For Patients

For Patients

An injury or an illness and suddenly life is changed forever. 

Individuals seeking to regain their strength, skills and abilities following a stroke, brain injury, spinal cord injury, amputation or other medical event are faced with many decisions – not the least of which is what happens next. For many patients, these post-acute care options include inpatient rehabilitation hospitals, long-term acute care, home health agencies and sub-acute or skilled nursing facilities.

Studies show that that where a person chooses to go for rehabilitation can make all the difference is his or her recovery. In fact, research indicates that people who choose an inpatient rehabilitation hospital achieve better outcomes, have fewer complications and live longer than those treated in other post-acute care settings.

What is an inpatient rehabilitation hospital?

Inpatient rehabilitation hospitals (sometimes referred to as inpatient rehabilitation facilities, or IRFs) help patients achieve their greatest potential outcomes by delivering highly specialized and team-based acute medical rehabilitation. The team is led by a physician with specialized rehabilitation training and experience and includes rehabilitation nurses, physical therapists, occupational therapists, speech language pathologists, social workers and many other allied health professionals such as psychologists and neuropsychologists, respiratory therapists, recreation therapists, cognitive therapists, dietitians, and case managers.  Many rehabilitation hospitals also offer an extensive range of outpatient rehabilitation services and resources.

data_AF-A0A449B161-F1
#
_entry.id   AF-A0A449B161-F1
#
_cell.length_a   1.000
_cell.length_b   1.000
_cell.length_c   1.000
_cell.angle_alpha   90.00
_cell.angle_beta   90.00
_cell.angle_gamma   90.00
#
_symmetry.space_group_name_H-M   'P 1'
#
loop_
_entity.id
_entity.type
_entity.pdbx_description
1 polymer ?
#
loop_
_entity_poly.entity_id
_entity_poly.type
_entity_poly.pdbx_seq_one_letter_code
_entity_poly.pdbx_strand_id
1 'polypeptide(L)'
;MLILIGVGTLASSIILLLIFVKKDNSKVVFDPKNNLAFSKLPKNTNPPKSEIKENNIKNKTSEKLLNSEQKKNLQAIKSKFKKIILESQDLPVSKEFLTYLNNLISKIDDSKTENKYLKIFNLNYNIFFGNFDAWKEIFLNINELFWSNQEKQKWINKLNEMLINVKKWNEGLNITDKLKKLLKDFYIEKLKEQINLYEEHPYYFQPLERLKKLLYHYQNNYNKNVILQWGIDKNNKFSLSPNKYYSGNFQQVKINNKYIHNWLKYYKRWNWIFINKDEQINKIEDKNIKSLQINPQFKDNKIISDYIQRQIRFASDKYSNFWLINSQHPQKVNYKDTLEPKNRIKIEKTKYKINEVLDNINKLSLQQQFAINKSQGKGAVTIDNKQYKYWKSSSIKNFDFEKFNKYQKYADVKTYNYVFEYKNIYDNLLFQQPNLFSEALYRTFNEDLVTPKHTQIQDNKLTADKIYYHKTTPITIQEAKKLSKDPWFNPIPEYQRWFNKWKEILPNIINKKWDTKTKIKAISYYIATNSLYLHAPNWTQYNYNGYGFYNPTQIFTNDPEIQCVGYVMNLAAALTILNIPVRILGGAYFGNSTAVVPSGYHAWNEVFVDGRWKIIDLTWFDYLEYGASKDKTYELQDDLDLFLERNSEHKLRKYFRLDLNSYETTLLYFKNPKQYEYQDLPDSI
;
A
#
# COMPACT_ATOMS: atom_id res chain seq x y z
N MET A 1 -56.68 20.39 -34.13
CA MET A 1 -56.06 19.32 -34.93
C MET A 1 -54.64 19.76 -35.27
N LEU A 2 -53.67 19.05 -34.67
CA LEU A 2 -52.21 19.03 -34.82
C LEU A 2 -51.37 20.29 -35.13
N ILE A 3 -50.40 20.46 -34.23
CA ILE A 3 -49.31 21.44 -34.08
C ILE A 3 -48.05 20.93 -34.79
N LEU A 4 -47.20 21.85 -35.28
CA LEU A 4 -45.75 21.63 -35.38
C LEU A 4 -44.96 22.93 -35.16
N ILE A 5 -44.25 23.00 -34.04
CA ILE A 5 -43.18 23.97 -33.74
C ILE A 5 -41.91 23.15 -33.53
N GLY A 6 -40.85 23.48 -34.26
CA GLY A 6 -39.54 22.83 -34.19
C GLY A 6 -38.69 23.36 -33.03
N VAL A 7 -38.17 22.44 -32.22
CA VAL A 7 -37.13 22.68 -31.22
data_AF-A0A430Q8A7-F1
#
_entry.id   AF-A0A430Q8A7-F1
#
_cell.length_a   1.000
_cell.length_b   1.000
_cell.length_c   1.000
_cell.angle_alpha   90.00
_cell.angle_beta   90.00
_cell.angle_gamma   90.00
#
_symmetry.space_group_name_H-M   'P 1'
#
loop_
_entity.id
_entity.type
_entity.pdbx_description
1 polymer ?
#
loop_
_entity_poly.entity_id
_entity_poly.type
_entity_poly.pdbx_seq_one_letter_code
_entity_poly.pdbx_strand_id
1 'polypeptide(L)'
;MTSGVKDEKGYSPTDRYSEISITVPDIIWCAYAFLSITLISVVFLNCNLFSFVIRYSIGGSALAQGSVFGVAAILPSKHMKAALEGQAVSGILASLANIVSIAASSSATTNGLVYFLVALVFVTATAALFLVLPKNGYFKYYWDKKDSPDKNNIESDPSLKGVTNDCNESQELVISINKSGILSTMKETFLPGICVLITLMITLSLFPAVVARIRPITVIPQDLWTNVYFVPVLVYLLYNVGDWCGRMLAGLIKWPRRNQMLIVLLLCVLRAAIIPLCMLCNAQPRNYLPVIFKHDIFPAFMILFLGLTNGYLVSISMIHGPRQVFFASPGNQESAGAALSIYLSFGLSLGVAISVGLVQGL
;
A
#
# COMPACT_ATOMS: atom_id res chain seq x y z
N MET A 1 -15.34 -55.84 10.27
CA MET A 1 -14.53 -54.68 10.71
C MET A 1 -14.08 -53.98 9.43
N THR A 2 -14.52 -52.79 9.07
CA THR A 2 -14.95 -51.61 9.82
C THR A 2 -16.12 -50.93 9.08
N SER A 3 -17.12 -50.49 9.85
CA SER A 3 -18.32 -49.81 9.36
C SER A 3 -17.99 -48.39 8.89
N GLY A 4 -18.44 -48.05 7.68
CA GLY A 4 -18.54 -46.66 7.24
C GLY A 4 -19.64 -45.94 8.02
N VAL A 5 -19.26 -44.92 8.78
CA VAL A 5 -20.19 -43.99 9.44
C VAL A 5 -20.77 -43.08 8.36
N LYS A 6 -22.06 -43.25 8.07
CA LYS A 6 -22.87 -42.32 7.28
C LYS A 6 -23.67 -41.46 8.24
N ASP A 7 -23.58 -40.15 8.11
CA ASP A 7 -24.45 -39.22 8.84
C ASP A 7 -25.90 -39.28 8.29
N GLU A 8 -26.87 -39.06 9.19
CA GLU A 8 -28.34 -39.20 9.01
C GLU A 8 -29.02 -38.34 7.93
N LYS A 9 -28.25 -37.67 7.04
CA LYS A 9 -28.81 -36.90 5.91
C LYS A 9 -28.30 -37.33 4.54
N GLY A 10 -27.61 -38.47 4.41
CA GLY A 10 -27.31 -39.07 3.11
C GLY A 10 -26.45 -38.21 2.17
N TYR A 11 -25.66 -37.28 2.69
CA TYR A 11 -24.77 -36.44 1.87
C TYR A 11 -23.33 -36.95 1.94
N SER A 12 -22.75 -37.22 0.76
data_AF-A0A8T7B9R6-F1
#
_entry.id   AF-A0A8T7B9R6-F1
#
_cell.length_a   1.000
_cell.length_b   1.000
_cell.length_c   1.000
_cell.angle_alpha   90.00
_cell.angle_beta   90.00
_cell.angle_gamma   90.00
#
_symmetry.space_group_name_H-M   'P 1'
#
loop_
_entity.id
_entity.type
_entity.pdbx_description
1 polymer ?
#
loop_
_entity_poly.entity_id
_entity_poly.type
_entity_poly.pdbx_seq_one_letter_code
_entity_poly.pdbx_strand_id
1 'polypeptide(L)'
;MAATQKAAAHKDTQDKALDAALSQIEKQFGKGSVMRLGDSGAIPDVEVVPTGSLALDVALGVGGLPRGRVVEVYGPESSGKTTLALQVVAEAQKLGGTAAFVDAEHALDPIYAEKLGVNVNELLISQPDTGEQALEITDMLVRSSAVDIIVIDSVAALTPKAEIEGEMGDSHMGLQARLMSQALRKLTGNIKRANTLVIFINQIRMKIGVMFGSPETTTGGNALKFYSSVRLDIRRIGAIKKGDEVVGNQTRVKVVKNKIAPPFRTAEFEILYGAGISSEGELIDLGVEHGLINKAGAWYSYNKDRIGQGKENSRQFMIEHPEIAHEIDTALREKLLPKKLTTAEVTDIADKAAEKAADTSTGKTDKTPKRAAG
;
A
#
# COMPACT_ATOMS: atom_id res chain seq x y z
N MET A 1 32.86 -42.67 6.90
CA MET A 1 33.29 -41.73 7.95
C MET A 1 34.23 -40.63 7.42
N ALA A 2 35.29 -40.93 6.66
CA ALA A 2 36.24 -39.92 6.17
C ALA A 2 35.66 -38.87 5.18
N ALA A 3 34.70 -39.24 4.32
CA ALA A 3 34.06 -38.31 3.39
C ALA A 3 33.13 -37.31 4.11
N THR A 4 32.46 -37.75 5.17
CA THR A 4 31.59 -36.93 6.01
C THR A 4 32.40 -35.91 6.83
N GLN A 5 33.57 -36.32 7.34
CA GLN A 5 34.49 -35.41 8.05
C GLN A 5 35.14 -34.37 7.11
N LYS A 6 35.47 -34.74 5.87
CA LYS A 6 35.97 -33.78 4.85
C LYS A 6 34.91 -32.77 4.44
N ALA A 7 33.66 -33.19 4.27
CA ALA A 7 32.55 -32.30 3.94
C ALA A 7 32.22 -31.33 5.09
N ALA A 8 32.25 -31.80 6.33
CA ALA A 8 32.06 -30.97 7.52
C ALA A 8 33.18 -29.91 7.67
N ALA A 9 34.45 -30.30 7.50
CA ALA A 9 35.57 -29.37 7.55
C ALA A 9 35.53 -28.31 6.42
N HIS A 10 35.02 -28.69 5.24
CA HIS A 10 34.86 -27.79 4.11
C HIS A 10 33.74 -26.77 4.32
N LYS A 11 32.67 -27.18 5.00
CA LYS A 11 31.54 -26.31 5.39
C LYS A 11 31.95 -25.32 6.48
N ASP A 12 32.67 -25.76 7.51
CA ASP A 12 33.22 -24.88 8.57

Working closely together, the team tailors treatment to the individual needs and goals of persons who have sustained conditions such:

  • Stroke
  • Brain injury
  • Spinal cord injury
  • Major multiple trauma
  • Cancer rehabilitation
  • Total hip or knee replacements
  • Hip or femur fractures
  • Cardiovascular or pulmonary issues
  • Lower extremity amputation
  • Neurological conditions such as multiple sclerosis, Parkinson’s disease, motor neuron diseases, polyneuropathy, or muscular dystrophy
  • Other complex medical and debilitating conditions
  • Outpatient therapy services

When can a patient begin acute rehabilitation? 

Evidence shows that the sooner individuals begin rehabilitation, the stronger their outcomes are likely to be.  For that reason, nurse liaisons and admissions representatives work closely with the referring hospital and/or physician to facilitate the earliest possible start to rehabilitation. Admission is based on patient's medical history, the ability to participate in three hours of therapy daily and individual rehabilitation goals.

Find a Rehabilitation Hospital 

Click here to find an AMRPA member rehabilitation hospital near you.

Click here to see the complete registry of Medicare-enrolled inpatient rehabilitation hospitals.